SQL is a very complex topic that can be confusing to thoroughly understand. This article makes it simple to get a good grip on what these databases are and how they work differently. It walks you through the definitions of SQL and NoSQL, what they are, the differences between them, and tips for determining whether SQL or no NoSQL is a better choice for your business.
What are SQL and NoSQL?
SQL and NoSQL are both databases that store data. Despite how confusing and complex the debate over whether SQL and NoSQL is better might seem, the concepts of SQL and NoSQL are actually just that simple when you get right down to it.
SQL—which stands for Structured Query Language—databases and NoSQL databases both do the same job. They both store data—they just differ in how they are built and how they store the data they receive. The major differences between SQL and NoSQL are outlined in more detail below.
Differences Between SQL and NoSQL
There are several differences between SQL and NoSQL. These differences range from how these databases are built to what type of data they store to how they store data. While some of these differences might seem inconsequential, they are all important to note for any business that is trying to figure out which of these databases would be more efficient for their purposes.
If you are trying to determine whether to use SQL or NoSQL for your business, check out these 7 differences between SQL and NoSQL.
- Database Type
SQL and NoSQL are different types of databases. SQL databases are known as relational databases that are either open-sourced or close-sourced. NoSQL databases are known as non-relational databases. NoSQL databases are also known by another name—distributed databases—and are classified by the type of data they store.
SQL databases are table-based databases. They store data primarily in tables with rows and columns. NoSQL databases are usually document-based, which makes them more dynamic. However, NoSQL databases can also be key-value pairs, graph databases, or wide-column stores.
The scalability of SQL and NoSQL databases are opposites. SQL databases are vertically scalable, whereas NoSQL databases are horizontally scalable.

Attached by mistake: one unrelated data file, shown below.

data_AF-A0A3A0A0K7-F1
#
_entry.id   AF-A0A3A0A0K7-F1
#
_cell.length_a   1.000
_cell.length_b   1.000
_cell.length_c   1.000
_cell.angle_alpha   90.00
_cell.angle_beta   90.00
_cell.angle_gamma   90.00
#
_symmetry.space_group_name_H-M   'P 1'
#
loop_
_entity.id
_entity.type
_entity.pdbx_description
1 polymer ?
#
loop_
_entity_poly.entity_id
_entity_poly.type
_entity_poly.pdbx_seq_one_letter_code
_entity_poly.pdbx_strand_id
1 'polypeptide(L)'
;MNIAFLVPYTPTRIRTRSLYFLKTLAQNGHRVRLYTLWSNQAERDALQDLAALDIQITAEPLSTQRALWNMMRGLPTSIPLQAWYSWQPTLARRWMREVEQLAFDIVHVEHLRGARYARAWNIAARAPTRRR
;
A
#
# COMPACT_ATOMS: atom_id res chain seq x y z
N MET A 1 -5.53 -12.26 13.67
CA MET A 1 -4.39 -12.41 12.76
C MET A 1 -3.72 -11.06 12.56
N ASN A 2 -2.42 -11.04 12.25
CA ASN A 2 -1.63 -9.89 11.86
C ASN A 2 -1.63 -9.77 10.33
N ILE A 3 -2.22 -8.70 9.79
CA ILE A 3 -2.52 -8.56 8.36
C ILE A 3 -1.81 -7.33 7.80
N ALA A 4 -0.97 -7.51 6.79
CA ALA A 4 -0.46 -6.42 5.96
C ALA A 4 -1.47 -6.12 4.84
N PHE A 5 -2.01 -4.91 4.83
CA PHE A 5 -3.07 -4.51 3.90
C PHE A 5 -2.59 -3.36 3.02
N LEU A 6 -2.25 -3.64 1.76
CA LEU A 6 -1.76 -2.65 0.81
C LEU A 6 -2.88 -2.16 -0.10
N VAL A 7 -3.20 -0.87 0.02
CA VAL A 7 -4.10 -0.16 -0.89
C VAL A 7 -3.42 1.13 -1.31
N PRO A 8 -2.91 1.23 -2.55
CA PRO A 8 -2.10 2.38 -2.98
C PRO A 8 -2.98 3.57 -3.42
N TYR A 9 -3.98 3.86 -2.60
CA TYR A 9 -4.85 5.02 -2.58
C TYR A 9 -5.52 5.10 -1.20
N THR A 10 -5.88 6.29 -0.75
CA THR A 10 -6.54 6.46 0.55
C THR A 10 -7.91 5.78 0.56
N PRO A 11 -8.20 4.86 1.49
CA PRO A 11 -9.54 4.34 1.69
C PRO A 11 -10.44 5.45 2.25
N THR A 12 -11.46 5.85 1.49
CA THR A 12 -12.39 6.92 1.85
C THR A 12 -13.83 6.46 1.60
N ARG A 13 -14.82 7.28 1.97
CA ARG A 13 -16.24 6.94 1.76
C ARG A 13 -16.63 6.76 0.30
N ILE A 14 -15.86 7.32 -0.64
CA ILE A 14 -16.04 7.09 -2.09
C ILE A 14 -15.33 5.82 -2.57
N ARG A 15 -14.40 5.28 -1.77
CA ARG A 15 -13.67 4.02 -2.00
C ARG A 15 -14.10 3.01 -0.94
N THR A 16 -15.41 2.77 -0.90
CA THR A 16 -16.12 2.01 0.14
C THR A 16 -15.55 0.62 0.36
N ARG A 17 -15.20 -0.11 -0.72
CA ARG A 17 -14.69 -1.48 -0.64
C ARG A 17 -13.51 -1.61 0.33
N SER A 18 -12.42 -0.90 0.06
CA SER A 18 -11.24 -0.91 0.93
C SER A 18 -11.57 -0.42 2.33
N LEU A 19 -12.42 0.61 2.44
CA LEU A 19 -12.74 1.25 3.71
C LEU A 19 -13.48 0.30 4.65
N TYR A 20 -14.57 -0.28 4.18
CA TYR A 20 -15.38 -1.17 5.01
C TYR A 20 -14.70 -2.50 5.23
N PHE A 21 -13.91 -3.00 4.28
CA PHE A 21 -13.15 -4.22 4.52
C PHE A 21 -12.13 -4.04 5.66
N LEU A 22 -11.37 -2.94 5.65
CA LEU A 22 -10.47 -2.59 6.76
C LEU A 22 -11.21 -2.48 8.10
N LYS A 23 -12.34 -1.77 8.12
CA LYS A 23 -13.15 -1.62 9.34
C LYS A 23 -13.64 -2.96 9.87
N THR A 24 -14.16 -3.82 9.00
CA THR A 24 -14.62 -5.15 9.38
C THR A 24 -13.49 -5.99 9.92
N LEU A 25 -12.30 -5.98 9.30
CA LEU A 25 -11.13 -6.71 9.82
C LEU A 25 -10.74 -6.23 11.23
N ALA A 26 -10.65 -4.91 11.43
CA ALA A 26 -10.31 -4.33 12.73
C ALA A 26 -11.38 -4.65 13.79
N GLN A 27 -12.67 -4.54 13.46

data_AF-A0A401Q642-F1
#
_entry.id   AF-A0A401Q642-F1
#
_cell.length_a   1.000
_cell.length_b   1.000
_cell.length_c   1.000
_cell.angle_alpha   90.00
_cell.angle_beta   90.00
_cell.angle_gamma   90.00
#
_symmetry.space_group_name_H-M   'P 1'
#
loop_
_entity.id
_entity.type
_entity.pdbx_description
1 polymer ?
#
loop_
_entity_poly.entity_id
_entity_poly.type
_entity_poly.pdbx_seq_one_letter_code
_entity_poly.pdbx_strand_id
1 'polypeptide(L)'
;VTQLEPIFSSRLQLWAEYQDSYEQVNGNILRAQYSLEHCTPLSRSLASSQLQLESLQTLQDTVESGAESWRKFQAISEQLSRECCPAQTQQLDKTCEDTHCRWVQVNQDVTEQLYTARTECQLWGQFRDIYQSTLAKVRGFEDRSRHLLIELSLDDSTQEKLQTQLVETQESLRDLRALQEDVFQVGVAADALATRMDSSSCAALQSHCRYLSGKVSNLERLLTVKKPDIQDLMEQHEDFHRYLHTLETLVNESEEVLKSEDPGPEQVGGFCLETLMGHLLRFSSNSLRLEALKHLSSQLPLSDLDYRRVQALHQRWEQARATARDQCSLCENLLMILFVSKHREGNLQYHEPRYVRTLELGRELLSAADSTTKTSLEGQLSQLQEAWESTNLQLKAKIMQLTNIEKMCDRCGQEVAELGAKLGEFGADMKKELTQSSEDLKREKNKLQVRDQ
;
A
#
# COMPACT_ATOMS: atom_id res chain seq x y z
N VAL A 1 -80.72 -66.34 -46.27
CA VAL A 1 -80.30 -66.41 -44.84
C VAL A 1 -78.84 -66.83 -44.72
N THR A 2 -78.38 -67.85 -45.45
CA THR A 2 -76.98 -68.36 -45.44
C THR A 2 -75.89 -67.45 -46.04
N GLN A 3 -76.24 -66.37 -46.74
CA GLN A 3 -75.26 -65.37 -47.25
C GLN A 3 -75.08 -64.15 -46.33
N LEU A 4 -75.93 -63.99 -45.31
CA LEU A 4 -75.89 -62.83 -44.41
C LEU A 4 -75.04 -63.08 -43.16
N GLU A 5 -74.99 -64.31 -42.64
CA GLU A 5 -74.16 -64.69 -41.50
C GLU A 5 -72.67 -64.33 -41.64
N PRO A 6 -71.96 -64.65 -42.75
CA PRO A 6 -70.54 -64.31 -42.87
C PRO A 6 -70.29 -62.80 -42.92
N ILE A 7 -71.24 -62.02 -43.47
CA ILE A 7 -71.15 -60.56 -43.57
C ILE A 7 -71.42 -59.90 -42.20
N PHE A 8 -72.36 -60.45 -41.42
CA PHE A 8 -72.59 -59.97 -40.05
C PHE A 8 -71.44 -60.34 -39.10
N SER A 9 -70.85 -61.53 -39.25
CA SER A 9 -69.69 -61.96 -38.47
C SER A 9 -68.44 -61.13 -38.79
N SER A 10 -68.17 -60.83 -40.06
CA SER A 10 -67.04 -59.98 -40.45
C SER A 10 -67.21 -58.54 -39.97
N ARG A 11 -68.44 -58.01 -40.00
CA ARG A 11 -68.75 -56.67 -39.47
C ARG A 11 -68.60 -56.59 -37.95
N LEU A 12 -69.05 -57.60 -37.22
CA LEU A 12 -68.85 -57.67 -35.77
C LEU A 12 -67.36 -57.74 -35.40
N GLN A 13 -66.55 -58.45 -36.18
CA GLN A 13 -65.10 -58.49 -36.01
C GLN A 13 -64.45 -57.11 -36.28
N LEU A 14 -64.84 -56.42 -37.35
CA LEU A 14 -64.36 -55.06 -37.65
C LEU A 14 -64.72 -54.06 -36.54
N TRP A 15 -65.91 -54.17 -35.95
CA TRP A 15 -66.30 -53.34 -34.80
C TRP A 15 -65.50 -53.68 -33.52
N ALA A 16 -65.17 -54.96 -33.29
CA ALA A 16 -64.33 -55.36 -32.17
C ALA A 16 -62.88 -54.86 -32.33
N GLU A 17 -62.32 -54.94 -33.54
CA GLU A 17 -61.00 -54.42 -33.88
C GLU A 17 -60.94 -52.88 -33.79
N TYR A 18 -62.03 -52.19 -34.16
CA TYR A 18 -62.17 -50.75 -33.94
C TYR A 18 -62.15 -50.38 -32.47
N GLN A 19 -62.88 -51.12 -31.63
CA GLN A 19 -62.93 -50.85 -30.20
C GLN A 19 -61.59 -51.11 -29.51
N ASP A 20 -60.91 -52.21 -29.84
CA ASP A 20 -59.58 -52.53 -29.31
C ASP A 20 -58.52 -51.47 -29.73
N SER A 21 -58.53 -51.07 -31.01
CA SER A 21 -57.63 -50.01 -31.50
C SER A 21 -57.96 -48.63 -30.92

You can increase the storage of an SQL database by increasing the horsepower of its server, whereas you can increase the storage of a NoSQL database by reducing its load via increasing its number of servers.
SQL databases use structured query language to define and manipulate data.
NoSQL databases utilize unstructured query language, which has variable syntax depending on the database.
- Data Type
SQL databases are best-suited for storing large data sets because of their table-based format and high level of integrity.
NoSQL databases are well-equipped to store hierarchical data because they use key-value pairs for data storage.
SQL and NoSQL databases are based on different properties. SQL databases are based on the properties of atomicity, consistency, isolation, and durability.
NoSQL databases are based on consistency, availability, and partition tolerance.
- Transactional Functionality
For any application that requires primarily transactional functionality, an SQL database is likely the best database for the job. SQL databases are table-based with rows and columns, which means that they are well-equipped to handle transactional data.
NoSQL has the ability to handle transactional data as well, but it is not ideal as it is less stable and does not facilitate complex transactional applications well.
SQL databases have been around for much longer than NoSQL databases. As such, there are a ton of support resources available to help anyone who is struggling with their SQL database. SQL vendors offer expert support for all SQL databases.
On the other hand, there is very limited support available for NoSQL databases. Businesses that use NoSQL databases have to rely primarily on community resources to get support.
Understanding the differences between SQL and NoSQL can, in turn, help you understand which types of data and jobs these databases are each best suited to handle, which can help you determine which type of database is a better fit for your business.
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